Petroglyph National Monument

The Petroglyph National Monument is located in Albuquerque, New Mexico. The west side of the low volcanic plateau – West Mesa. What makes this Cultural heritage landscape so special is the spectacular volcanic-basalt area with over 24,000 carved images on rock faces by Ancestral Pueblo Peoples and early Spanish Settlers.
This national treasure covers over 7 acres and with recreation use. This 17 mile long terrain is agreement managed area by the National Park Service and the City of Albuquerque.

Growing public awareness to care for the precious ‘Rock art’, also extends to include conservation of this natural habitat to protect many wild creatures and native flora.
I spotted the very famous Road Runner bird, lizards and spiders camouflaged in the rocky outcrops. Plants such as Broom Dalea survive in this harsh dormant volcanic terrain.  Also growing wild,  the aromatic Sand Sage, (Artemisia filifolia), and Snake weed, ( Gutierrezia sarothrae), which local people use as a medical plant to treat Rattle snake bites, eye irritation, bruises, sore muscles, and colds.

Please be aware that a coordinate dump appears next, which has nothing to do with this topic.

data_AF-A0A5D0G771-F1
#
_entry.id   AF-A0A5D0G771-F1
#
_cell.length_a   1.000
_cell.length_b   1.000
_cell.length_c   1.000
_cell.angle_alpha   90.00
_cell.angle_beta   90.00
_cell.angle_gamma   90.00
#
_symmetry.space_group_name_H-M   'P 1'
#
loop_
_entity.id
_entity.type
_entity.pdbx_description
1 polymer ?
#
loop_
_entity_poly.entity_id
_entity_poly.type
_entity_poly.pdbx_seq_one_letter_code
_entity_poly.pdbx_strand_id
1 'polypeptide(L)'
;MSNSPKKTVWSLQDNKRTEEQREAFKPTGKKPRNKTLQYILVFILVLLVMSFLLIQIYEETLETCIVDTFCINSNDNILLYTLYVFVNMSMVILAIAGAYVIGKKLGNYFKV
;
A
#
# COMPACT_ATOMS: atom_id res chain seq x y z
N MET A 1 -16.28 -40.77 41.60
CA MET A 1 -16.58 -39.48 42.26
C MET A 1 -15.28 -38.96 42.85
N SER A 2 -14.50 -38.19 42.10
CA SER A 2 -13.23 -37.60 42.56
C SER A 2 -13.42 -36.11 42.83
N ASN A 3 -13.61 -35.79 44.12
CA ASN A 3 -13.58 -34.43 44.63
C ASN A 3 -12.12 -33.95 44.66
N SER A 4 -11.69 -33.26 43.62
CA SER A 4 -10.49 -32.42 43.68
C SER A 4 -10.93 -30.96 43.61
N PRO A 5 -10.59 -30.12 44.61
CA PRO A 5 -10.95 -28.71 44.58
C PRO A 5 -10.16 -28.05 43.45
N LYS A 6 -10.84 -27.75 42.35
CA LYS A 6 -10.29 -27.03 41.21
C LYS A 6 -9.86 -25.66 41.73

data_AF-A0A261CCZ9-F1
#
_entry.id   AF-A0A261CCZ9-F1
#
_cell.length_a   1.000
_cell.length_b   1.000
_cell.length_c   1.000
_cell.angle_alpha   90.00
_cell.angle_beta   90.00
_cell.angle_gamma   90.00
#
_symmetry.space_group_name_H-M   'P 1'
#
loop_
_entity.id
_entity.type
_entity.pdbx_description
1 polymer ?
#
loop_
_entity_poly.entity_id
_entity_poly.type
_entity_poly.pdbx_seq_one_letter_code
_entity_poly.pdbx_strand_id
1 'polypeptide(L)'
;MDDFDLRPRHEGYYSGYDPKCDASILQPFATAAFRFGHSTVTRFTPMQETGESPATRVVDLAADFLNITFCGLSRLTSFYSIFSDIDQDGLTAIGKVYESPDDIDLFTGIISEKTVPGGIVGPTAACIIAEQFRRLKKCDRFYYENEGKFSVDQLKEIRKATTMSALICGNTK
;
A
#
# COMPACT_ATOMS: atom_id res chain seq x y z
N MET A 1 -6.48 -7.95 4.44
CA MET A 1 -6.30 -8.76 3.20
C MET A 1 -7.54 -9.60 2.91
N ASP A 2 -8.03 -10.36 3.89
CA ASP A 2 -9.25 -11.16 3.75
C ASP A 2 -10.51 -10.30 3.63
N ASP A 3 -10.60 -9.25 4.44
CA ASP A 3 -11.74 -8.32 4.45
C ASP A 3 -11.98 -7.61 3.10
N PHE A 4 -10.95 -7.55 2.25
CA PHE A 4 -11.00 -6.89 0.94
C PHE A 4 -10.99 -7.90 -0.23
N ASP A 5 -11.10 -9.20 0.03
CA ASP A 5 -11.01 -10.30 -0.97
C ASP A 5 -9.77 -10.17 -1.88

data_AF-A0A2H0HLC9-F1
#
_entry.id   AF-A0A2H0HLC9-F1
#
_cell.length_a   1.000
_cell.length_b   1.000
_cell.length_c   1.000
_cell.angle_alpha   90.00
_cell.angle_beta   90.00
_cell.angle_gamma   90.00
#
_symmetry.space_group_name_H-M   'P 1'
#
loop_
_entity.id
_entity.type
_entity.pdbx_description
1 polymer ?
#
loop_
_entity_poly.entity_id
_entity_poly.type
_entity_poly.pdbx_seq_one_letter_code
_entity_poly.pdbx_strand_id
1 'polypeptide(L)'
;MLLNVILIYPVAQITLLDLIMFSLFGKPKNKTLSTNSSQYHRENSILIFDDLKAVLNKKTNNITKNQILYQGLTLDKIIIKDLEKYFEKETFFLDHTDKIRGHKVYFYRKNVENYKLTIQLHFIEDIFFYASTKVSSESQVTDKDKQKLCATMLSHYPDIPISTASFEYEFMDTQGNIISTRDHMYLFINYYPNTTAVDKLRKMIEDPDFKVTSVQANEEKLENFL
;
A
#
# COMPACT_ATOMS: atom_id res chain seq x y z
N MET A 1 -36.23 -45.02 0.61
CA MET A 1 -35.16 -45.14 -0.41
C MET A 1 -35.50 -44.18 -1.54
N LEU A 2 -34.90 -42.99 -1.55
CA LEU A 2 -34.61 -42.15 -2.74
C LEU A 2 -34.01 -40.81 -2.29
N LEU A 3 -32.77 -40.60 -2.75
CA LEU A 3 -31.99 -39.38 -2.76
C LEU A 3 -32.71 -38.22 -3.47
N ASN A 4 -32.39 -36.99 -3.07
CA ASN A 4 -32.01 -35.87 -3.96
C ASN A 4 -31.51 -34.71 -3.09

The National Parks Annual Pass allows free access to the national Monument and the commercial photography of the Rock Art requires permit permission.

Trails that less challenging
Cliff Base Trail – Lollipop Loop – 0.17 miles roundtrip – Dogs Allowed
Macaw Trail – Loop – 0.1 miles roundtrip – Dogs Allowed
Mesa Point Trail – Lollipop Loop – 0.4 miles roundtrip – No Dogs Allowed


Macaw trail petroglyph outlook to summit
Petroglyph Rock face.
Close up Of Rock Drawings
Rock Lizard
Road Runner
Snake Weed amongst rocks
Snake Weed
Road Runner
Sand Sage
Broom Dalea

Looking up 200 ft to top elevation. A trail cutting through many rocky petroglyph areas of the historic rock art..



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